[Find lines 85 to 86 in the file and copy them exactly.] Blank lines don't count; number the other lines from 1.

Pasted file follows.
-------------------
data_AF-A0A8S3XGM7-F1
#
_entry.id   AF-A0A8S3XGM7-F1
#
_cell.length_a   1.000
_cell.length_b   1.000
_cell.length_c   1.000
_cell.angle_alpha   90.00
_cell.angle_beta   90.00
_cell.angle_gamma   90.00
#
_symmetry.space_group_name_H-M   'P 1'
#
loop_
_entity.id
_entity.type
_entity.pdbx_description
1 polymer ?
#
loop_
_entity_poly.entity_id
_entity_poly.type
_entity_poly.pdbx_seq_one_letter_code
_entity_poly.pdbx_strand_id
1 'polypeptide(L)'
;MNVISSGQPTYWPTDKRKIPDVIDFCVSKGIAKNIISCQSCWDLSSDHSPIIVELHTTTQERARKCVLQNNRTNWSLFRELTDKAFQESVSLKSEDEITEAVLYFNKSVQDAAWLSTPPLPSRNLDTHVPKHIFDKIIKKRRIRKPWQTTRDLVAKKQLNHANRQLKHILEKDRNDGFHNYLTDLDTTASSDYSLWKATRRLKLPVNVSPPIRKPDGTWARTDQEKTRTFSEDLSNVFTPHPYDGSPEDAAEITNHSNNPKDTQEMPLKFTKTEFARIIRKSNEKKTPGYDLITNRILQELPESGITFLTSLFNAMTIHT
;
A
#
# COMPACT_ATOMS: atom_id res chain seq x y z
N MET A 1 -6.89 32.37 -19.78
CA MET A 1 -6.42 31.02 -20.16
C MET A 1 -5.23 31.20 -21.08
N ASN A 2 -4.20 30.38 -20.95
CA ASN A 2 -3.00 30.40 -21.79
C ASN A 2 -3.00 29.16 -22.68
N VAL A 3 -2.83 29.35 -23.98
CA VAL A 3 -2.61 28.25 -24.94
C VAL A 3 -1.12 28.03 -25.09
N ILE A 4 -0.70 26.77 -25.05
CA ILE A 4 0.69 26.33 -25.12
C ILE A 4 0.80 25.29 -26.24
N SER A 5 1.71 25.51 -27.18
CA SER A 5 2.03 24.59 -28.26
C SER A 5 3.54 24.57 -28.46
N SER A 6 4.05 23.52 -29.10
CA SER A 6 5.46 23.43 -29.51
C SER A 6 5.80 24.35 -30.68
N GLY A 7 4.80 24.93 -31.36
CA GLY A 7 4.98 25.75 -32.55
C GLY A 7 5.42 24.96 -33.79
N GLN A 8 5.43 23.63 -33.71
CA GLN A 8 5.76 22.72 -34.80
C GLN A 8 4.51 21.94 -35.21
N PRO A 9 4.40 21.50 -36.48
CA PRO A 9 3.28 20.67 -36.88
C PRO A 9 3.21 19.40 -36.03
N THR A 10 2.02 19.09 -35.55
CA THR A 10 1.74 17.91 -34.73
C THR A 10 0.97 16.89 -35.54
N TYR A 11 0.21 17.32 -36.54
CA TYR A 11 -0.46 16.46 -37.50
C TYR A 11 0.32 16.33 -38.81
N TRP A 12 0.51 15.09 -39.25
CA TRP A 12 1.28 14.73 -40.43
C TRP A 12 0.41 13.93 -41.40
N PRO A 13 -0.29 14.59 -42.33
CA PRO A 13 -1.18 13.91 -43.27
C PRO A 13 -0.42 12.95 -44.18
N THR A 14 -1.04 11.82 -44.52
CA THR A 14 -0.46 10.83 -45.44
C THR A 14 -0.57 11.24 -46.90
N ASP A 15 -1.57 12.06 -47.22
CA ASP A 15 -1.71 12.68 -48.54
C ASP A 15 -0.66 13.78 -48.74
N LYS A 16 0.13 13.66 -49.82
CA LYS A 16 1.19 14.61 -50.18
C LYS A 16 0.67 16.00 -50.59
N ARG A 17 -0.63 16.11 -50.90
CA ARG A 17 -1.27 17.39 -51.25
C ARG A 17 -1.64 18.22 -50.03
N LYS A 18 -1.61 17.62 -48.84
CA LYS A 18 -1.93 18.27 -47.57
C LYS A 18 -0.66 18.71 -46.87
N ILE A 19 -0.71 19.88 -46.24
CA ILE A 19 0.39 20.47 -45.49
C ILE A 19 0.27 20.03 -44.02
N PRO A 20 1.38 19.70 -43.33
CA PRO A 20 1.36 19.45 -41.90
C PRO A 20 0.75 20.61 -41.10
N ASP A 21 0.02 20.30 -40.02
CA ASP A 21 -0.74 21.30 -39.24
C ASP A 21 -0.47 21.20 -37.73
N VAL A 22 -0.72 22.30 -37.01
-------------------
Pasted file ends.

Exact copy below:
N ILE A 19 -0.71 19.88 -46.24
CA ILE A 19 0.39 20.47 -45.49